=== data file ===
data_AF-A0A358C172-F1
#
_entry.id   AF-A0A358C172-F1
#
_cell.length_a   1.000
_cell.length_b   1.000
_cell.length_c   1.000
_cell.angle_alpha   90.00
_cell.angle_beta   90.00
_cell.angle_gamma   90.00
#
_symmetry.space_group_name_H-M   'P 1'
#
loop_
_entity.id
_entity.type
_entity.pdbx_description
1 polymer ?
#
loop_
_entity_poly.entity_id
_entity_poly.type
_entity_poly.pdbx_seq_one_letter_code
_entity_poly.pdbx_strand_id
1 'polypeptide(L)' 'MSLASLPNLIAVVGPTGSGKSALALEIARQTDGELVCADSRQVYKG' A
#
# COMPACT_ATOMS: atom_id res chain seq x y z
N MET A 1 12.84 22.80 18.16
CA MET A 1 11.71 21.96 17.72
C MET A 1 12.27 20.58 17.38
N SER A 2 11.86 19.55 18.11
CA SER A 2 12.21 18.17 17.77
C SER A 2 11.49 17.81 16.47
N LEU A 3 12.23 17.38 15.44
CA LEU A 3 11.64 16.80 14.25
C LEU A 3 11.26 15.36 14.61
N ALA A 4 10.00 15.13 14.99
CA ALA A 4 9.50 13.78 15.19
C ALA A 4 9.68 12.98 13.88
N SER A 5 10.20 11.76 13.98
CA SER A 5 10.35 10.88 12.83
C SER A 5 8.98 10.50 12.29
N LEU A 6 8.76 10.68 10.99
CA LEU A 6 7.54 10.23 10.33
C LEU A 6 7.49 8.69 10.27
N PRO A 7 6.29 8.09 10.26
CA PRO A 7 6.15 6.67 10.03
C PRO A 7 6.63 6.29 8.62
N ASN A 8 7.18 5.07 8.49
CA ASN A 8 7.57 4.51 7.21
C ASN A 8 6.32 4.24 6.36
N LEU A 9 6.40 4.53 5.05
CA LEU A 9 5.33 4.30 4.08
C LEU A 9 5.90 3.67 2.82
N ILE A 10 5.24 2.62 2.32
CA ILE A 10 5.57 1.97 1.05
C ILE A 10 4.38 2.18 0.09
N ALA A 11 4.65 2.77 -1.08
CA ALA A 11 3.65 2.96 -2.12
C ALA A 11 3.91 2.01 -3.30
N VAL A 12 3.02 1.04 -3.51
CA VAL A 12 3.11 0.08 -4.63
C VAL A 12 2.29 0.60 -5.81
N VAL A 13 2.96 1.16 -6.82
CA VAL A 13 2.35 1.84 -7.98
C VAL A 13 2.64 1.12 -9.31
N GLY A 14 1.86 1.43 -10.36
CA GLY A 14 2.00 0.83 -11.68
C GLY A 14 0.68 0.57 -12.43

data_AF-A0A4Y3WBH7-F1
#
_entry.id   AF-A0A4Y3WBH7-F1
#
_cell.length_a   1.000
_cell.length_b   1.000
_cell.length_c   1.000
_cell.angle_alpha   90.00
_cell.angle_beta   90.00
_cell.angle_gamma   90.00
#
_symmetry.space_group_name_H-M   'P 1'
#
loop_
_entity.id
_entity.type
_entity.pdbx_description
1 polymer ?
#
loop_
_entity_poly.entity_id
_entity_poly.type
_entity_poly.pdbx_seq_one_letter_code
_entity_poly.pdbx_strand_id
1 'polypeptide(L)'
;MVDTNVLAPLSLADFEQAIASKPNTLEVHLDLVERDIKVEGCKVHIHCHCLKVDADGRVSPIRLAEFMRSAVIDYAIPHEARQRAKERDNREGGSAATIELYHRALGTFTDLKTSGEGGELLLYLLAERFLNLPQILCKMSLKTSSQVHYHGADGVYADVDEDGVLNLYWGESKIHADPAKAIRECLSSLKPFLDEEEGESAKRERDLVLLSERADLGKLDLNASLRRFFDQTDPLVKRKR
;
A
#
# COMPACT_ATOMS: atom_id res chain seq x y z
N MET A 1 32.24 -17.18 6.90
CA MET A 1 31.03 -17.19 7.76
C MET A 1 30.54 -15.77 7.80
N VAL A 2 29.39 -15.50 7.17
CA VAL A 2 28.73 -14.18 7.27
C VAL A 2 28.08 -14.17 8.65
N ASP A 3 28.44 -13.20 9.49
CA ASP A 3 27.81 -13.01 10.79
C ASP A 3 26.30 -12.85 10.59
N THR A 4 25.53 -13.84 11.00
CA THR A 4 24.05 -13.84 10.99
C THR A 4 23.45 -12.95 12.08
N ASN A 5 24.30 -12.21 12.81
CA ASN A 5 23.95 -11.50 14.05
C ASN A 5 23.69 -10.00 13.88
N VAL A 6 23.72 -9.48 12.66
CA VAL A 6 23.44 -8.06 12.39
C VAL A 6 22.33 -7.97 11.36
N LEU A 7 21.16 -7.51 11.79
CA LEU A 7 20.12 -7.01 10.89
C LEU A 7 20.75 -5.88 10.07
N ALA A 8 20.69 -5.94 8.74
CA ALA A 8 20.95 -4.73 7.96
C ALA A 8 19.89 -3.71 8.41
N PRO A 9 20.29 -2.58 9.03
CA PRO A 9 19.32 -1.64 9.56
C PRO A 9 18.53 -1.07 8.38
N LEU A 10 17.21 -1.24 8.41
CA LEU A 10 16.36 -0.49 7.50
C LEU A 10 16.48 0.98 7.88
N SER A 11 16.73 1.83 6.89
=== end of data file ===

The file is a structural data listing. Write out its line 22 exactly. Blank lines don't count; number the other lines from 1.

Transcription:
_entity_poly.type